I’m afraid of heights. Just thinking about climbing a ladder makes my stomach queasy.
So imagine my reaction when I was in Istanbul and a friend suggested I go to Cappadocia in central Turkey for a hot air balloon ride, I was not immediately excited.
That is an understatement.
The cautious side of me thought, “I’m traveling alone so no one to lean on if I get scared. It’s not cheap at $300. I’d have to get up at 3:00 am for the hour’s drive from my hotel. The balloons go high with no parachutes.”
The adventurous side of me thought, “How cool! I’ve never been in a hot air balloon. It sails over a valley with unusual landscape. I’ll be in the basket with others to talk to if I get scared. We’ll watch the sunrise while aloft, and be back at the hotel by breakfast. I’ll have the rest of the day to explore. They must have safety checks as they do this every day.”
We have opportunities for adventures, yet few take them because of their cautious self-talk.
When pals hear that I go abroad several times a year, some say, “I wish I could afford that.” I ask, “How much do you think it costs?” The response is usually, “I don’t know.” I ask, “Then how do you know you can’t afford it?” When I tell them I commonly spend less than $500 for two to three weeks in Asia, they are stunned. I explain I use miles for air fare, and I find clean, safe, inexpensive lodging. They are agog.
They made a decision based on assumptions, not grounded information. They let their fears, not facts, taint their thinking.
Adventures take some courage — tamping down your fears to get in action.
I made a balloon ride reservation in Cappadocia.
It was chilly and dark when we arrived to see the balloons laid on the ground as they were filled. The dozen balloons near me slowly rose until vertical. Twenty riders climbed into our basket while our pilot briefed us on safety. Then we rose along with the sun.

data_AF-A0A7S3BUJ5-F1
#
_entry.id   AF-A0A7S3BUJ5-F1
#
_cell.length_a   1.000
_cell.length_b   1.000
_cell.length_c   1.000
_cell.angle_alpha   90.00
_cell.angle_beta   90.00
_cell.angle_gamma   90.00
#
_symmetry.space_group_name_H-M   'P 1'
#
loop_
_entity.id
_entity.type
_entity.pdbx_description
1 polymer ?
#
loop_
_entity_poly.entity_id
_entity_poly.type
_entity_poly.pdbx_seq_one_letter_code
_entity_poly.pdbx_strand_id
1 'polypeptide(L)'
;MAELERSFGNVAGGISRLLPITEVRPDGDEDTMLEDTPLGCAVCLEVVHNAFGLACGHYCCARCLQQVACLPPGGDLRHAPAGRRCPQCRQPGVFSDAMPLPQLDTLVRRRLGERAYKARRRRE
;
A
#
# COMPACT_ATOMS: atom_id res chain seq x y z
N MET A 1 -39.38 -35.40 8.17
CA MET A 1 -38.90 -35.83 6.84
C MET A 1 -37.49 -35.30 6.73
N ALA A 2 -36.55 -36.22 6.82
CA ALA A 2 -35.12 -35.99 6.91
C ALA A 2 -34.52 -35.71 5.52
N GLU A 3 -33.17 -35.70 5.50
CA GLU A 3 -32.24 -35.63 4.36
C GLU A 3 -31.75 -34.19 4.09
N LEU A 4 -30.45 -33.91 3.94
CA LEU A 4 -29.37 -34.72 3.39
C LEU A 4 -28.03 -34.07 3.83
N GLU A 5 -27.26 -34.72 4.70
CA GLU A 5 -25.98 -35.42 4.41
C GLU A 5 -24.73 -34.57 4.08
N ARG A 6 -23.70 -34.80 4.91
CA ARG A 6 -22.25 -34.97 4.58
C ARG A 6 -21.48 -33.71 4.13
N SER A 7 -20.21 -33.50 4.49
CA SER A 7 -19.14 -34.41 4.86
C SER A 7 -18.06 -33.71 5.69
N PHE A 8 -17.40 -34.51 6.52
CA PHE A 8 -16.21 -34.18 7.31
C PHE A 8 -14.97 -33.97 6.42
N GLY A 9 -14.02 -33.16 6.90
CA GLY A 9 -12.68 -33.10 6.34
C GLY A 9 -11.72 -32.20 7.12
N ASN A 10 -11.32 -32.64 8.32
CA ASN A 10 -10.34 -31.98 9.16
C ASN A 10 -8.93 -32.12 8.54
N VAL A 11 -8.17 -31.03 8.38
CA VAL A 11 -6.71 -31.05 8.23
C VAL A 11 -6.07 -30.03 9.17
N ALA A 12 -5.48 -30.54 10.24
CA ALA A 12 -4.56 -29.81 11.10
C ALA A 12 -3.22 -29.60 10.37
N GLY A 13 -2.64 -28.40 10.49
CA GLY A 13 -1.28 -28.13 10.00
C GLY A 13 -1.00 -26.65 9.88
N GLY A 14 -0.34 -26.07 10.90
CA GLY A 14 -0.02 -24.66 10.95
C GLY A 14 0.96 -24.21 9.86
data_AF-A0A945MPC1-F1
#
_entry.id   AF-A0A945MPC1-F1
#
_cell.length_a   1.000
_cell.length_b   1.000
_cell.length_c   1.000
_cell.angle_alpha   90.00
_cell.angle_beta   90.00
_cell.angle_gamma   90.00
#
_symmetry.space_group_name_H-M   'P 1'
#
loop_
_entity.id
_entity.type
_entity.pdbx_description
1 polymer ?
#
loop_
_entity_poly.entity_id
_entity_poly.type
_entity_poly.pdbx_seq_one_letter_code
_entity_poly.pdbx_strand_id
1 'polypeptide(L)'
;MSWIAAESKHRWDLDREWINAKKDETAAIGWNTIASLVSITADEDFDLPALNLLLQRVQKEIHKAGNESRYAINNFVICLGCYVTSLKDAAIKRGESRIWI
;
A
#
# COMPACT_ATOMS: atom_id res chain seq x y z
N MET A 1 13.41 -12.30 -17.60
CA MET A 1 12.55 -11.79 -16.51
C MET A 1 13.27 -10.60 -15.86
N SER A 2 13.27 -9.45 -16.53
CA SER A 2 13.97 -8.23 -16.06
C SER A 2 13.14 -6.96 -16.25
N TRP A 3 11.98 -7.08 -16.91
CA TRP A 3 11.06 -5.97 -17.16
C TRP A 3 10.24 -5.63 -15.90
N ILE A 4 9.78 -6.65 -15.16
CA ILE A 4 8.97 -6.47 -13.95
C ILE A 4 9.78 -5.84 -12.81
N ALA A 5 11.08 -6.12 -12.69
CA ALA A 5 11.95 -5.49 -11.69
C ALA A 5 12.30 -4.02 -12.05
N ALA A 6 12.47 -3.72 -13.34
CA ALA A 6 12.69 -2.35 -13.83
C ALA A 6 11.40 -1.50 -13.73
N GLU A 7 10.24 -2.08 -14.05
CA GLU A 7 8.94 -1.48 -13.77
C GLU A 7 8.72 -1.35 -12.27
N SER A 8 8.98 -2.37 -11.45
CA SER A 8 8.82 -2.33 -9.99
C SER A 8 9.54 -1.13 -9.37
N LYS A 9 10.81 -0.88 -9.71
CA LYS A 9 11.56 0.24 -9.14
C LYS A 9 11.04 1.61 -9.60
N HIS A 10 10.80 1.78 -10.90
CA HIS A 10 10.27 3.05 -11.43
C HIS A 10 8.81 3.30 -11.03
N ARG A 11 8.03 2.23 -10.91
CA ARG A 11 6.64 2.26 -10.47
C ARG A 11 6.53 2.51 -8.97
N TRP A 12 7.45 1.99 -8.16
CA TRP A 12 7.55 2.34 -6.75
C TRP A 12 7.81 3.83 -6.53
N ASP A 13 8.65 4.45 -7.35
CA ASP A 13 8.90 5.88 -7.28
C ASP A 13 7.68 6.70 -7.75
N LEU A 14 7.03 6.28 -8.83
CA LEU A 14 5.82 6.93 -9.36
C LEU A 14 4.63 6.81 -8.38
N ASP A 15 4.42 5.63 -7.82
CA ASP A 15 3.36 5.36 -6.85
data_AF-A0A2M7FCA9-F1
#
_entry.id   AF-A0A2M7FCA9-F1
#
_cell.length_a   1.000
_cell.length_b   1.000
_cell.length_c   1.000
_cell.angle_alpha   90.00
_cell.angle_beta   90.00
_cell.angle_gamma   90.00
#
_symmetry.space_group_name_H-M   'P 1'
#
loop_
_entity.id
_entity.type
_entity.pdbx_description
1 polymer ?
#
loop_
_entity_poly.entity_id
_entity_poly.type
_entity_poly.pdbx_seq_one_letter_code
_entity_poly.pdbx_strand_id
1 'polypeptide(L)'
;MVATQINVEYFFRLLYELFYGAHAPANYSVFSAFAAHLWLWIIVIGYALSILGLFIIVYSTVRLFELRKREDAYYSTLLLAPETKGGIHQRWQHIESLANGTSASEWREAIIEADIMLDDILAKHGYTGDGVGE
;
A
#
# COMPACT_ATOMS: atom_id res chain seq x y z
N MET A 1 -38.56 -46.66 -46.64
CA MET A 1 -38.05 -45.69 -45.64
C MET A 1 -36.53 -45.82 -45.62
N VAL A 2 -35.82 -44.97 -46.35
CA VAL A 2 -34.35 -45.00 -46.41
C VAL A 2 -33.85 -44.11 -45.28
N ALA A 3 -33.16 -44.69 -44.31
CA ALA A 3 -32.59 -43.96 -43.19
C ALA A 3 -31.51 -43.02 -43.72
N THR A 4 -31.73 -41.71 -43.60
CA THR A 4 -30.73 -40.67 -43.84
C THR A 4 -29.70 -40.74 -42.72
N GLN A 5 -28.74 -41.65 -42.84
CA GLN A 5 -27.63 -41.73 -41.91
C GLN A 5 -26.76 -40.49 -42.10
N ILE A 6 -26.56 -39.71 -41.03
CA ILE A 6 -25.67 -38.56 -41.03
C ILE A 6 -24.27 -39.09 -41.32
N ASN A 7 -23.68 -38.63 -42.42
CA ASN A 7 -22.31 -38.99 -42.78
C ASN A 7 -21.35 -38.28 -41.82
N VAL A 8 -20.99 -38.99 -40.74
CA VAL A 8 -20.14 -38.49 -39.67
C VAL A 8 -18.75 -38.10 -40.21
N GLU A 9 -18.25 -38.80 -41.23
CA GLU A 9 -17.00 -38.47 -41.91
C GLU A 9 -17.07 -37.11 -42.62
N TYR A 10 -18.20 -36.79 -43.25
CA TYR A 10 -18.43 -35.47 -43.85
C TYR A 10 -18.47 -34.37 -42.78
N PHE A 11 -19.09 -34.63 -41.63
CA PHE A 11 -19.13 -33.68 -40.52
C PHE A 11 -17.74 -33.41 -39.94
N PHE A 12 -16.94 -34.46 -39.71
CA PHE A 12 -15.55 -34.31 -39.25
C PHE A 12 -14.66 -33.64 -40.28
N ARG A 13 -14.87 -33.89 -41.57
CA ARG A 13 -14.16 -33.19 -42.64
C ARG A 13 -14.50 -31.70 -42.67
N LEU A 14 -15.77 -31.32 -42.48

Floating peacefully, I was awed by the dawn’s evolving colors, witnessing nearly 100 brightly colored balloons rising nearly simultaneously. The quiet was pierced only by the occasional blast of a burner adding more air. The gondola’s gentle sway was comforting as we ascended higher.
Rising to nearly 2000 feet, I inched toward the basket’s center, away from the edge. It was too terrifying to look over the edge at the disappearing ground far below. However, when I looked straight out, I was mesmerized by dozens of colorful balloons dancing in the breeze against a snow-capped volcano in the distance. The flames from the burners contrasted with the sky. The chilly air on my face was invigorating.
Adventures may cause all your senses to heighten. Time slows as you notice what otherwise may have been overlooked. You see, smell, hear, feel and smell nuances. You feel fully alive.
When a fabulous adventure beckons you, say yes to it.